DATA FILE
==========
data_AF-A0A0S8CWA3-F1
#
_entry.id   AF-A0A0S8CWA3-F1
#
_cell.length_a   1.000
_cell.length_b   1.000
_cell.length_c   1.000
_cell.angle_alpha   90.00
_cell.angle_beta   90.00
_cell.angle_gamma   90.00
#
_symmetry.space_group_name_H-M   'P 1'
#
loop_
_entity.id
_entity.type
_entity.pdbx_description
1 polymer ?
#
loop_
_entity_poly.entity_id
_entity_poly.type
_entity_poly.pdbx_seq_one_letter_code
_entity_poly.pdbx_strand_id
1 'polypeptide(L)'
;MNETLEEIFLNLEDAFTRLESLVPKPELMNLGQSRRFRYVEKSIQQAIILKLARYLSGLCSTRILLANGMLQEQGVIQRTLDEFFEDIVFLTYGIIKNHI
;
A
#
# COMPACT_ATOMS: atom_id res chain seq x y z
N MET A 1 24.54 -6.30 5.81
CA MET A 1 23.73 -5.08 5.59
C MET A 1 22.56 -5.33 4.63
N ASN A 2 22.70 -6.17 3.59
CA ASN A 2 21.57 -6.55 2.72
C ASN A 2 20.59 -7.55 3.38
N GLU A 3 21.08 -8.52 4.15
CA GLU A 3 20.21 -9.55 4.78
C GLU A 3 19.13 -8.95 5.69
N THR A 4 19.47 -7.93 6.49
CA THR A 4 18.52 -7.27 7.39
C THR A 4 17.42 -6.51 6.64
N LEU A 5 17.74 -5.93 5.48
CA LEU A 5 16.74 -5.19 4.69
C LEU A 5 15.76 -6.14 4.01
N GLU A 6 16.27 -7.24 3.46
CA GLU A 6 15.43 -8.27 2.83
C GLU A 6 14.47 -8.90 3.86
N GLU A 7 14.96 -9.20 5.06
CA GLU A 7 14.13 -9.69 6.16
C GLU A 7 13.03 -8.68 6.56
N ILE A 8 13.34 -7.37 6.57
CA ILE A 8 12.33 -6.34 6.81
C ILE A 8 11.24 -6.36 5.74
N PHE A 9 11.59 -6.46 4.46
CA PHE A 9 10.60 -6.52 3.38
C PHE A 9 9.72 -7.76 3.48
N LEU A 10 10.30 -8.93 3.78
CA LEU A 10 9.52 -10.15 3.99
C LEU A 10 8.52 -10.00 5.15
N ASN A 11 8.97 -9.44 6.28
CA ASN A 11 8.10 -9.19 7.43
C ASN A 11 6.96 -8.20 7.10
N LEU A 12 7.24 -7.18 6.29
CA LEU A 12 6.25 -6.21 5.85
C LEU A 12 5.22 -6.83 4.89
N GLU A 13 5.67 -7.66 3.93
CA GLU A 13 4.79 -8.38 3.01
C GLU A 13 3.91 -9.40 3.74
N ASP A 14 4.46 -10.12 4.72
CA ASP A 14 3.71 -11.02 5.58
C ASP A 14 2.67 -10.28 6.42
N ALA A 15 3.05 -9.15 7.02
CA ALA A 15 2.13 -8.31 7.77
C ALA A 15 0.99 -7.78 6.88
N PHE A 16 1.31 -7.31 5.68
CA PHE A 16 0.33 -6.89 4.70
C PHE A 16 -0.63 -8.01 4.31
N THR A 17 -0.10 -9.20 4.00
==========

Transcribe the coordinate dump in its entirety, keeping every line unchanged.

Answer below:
data_AF-A0A0S8CWA3-F1
#
_entry.id   AF-A0A0S8CWA3-F1
#
_cell.length_a   1.000
_cell.length_b   1.000
_cell.length_c   1.000
_cell.angle_alpha   90.00
_cell.angle_beta   90.00
_cell.angle_gamma   90.00
#
_symmetry.space_group_name_H-M   'P 1'
#
loop_
_entity.id
_entity.type
_entity.pdbx_description
1 polymer ?
#
loop_
_entity_poly.entity_id
_entity_poly.type
_entity_poly.pdbx_seq_one_letter_code
_entity_poly.pdbx_strand_id
1 'polypeptide(L)'
;MNETLEEIFLNLEDAFTRLESLVPKPELMNLGQSRRFRYVEKSIQQAIILKLARYLSGLCSTRILLANGMLQEQGVIQRTLDEFFEDIVFLTYGIIKNHI
;
A
#
# COMPACT_ATOMS: atom_id res chain seq x y z
N MET A 1 24.54 -6.30 5.81
CA MET A 1 23.73 -5.08 5.59
C MET A 1 22.56 -5.33 4.63
N ASN A 2 22.70 -6.17 3.59
CA ASN A 2 21.57 -6.55 2.72
C ASN A 2 20.59 -7.55 3.38
N GLU A 3 21.08 -8.52 4.15
CA GLU A 3 20.21 -9.55 4.78
C GLU A 3 19.13 -8.95 5.69
N THR A 4 19.47 -7.93 6.49
CA THR A 4 18.52 -7.27 7.39
C THR A 4 17.42 -6.51 6.64
N LEU A 5 17.74 -5.93 5.48
CA LEU A 5 16.74 -5.19 4.69
C LEU A 5 15.76 -6.14 4.01
N GLU A 6 16.27 -7.24 3.46
CA GLU A 6 15.43 -8.27 2.83
C GLU A 6 14.47 -8.90 3.86
N GLU A 7 14.96 -9.20 5.06
CA GLU A 7 14.13 -9.69 6.16
C GLU A 7 13.03 -8.68 6.56
N ILE A 8 13.34 -7.37 6.57
CA ILE A 8 12.33 -6.34 6.81
C ILE A 8 11.24 -6.36 5.74
N PHE A 9 11.59 -6.46 4.46
CA PHE A 9 10.60 -6.52 3.38
C PHE A 9 9.72 -7.76 3.48
N LEU A 10 10.30 -8.93 3.78
CA LEU A 10 9.52 -10.15 3.99
C LEU A 10 8.52 -10.00 5.15
N ASN A 11 8.97 -9.44 6.28
CA ASN A 11 8.10 -9.19 7.43
C ASN A 11 6.96 -8.20 7.10
N LEU A 12 7.24 -7.18 6.29
CA LEU A 12 6.25 -6.21 5.85
C LEU A 12 5.22 -6.83 4.89
N GLU A 13 5.67 -7.66 3.93
CA GLU A 13 4.79 -8.38 3.01
C GLU A 13 3.91 -9.40 3.74
N ASP A 14 4.46 -10.12 4.72
CA ASP A 14 3.71 -11.02 5.58
C ASP A 14 2.67 -10.28 6.42
N ALA A 15 3.05 -9.15 7.02
CA ALA A 15 2.13 -8.31 7.77
C ALA A 15 0.99 -7.78 6.88
N PHE A 16 1.31 -7.31 5.68
CA PHE A 16 0.33 -6.89 4.70
C PHE A 16 -0.63 -8.01 4.31
N THR A 17 -0.10 -9.20 4.00